Your story is changing. My story is changing. All of our stories are changing. And not just stories about the size of a fish you caught or the story of your future. It is also the story of your past. It changes in how we tell it, how it shapes us, and what it means moving forward.
As I typed that last line I could see the recoil on the faces of some people. Before I even finished typing the sentence their voices echoed into the silence of the morning, “How can the past change?” I understand where they are coming from. After all, to tell a story is to recount the facts and to lay things out as they happened. Facts do not change. Therefore to change the story, is to lie.
Or is it?
One Story, Or Two
More years ago than I care to admit, I sat in a college Bible class unprepared for the day’s assignment. I slacked off my freshman year of college, spending my free time playing sand volleyball and sleeping. Throughout high school, homework seemed generally pointless, so I rarely did it. I carried this habit over into my first year of college. As I had for the previous four years, I navigated through everyday classes fairly well, but on this day, it caught up to me.
Reading the entirety of the Old Testament was one of assignments. The most recent reading assignment was 1 and 2 Chronicles, which Western Bibles place right after the two books of both Samuel and Kings. The professor opened the day with a rather simple question: “What is the first thing you noticed when reading 1 and 2 Chronicles?”
I sat there with a blank face, absolutely terrified he might call on me for the answer. The basics of Samuel and Kings were easy as we previously discussed them in class, but I had no idea what came next! I can still feel the weight of the professor’s eyes as they looked towards me waiting for an answer. Thankfully, someone near me, thinking those eyes fixated on them, piped up with the answer. “After the genealogy, Chronicles repeats 1 and 2 Samuel and 1 and 2 Kings.”
The Stories of Israel
My classmate was right. The overlap between the first four books and the second two is astounding. But there are differences. Sometimes Chronicles will skip over key stories in the earlier books, and at other times it will add onto or tell the same story in an entirely different light. But why?
Israel’s scribes wrote the two sets of books about 100 years apart under radically different circumstances. They wrote the Samuel and Kings books, like Genesis, during the Babylonian Exile, a season where God’s people found themselves in a foreign land. They wrote them in an attempt to make sense of how a people of promise landed in exile. The broad lesson points to their lack of faithfulness. These books are an invitation to reflection, repentance, and renewal.
One hundred years later, after Cyrus allowed many of the people to return to the Promised Land, the people once again struggled to understand their place in the world. So they turned to their history. But this time, rather than focusing on why they were rightfully conquered, they celebrated the good and God’s faithfulness through all of it. These books encourage and inspire people to live from a grand past into a bright future.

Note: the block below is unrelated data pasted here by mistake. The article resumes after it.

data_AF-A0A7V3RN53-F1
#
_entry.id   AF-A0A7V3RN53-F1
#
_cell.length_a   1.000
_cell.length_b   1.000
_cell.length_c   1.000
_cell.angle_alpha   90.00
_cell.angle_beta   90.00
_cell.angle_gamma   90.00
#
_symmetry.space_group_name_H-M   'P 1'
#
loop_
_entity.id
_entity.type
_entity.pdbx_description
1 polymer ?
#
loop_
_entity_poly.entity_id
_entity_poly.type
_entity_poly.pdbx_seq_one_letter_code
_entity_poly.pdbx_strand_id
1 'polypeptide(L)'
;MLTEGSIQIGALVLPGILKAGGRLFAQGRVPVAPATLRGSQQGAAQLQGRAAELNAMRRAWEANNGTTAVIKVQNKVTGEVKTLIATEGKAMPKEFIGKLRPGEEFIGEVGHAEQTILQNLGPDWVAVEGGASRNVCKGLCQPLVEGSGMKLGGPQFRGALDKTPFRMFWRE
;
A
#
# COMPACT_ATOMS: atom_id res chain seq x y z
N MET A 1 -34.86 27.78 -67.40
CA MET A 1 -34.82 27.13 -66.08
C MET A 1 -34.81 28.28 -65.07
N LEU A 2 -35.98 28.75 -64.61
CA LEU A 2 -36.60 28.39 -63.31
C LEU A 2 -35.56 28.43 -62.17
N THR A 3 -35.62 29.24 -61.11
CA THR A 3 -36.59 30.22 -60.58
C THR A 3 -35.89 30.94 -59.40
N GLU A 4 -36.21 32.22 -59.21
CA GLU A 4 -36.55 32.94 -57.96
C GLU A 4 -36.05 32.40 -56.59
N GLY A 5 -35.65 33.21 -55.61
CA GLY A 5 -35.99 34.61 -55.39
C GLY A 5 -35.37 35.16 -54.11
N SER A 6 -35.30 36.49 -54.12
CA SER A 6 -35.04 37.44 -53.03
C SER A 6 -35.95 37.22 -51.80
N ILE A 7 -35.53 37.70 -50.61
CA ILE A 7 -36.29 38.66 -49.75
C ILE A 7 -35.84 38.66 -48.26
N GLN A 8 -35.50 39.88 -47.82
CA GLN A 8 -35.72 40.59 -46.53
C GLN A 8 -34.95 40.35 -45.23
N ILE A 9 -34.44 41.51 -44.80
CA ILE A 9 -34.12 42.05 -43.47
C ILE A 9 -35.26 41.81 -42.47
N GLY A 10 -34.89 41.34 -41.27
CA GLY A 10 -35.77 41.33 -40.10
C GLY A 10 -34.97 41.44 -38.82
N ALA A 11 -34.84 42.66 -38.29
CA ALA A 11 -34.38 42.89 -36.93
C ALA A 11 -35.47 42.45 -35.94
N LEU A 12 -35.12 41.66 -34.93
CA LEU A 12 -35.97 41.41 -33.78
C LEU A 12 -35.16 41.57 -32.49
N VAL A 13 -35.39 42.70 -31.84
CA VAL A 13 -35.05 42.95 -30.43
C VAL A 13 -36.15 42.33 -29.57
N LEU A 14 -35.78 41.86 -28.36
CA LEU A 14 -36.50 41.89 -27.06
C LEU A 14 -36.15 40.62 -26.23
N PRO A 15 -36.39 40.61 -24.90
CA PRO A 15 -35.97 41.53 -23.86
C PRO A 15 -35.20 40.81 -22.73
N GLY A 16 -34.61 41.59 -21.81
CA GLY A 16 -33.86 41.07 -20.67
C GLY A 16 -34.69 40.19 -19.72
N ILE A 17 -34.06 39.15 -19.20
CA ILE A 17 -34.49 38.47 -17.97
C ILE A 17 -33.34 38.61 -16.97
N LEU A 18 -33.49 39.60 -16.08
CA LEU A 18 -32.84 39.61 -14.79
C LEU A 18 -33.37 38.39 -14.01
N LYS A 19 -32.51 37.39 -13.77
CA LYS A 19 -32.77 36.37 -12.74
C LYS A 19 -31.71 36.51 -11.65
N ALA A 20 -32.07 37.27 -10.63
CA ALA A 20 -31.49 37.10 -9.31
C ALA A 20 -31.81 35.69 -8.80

The Trickiness of Truth
So what happened in Israel’s history? Who knows. Neither book intended to convey history as we think of it, and even if they set out to do so, that is not possible. Even if you have video from every angle, it does not reveal the thought or motivations of the people involved or the dynamic between them. In other words, all accounts of the past are experienced through the subjective lens of the present. Since that is what we have to work with, why not make the most of it?
Moreover, one of the most important lessons I learned on the road to abundance, is that what happens is not nearly as important as how you respond to it.
I have memories of being told, “You don’t belong.” They used to torment me but after an EMDR session, they fuel the battle cry, “I don’t belong!” What used to haunt me now inspires me to rattle cages and drop keys.
But it does not stop there. Scripture verses that once left me feeling worthless now remind me of just how beloved I am. Resentments, rather than leaving me bitter, teach me what I need to make sure I provide myself. Wrongdoings, rather than fueling crippling shame are now a voice of wisdom guiding me towards a better life. The list goes on and on.
This is not swapping out the facts for an alternative set of “facts” or denying something that happened. It is taking what is remembered, repurposing it, and giving it new meaning going forward.
So as we step into a new year, what in your story needs to change?
Paper: Appendix A: Autoethonography by Joe Burnham
Tucked at the back of my dissertation is a brief paper on the research methodology of autoethnography. I wrote it while trying to figure out how to write my dissertation and it is my preemptive defense of those who see the approach I took as less than academic. It is also a deeper look at what I write in this post.
Article: What’s the Difference Between Kings and Chronicles by Clayton Kraby
Want to know a bit more about the story of Israel’s history and the changes between the two tellings? This is the article for you.
Book: To Be Told by Dan Allender
Dan is a psychologist the theologian based in Seattle. He is also the founder of The Seattle School for Theology and Psychology. Much of his life’s work revolves around story and how to heal and move forward well. This book offers a guided process into your story and how discover new ways to tell it. If you want to go deeper, check out The Story Workshop.
As you head into 2022, write down some pieces of your story that you would like to think about differently. If you are feeling particularly brave or committed to the change, share them with me.
That is a fantastic question. What would you like to explore next?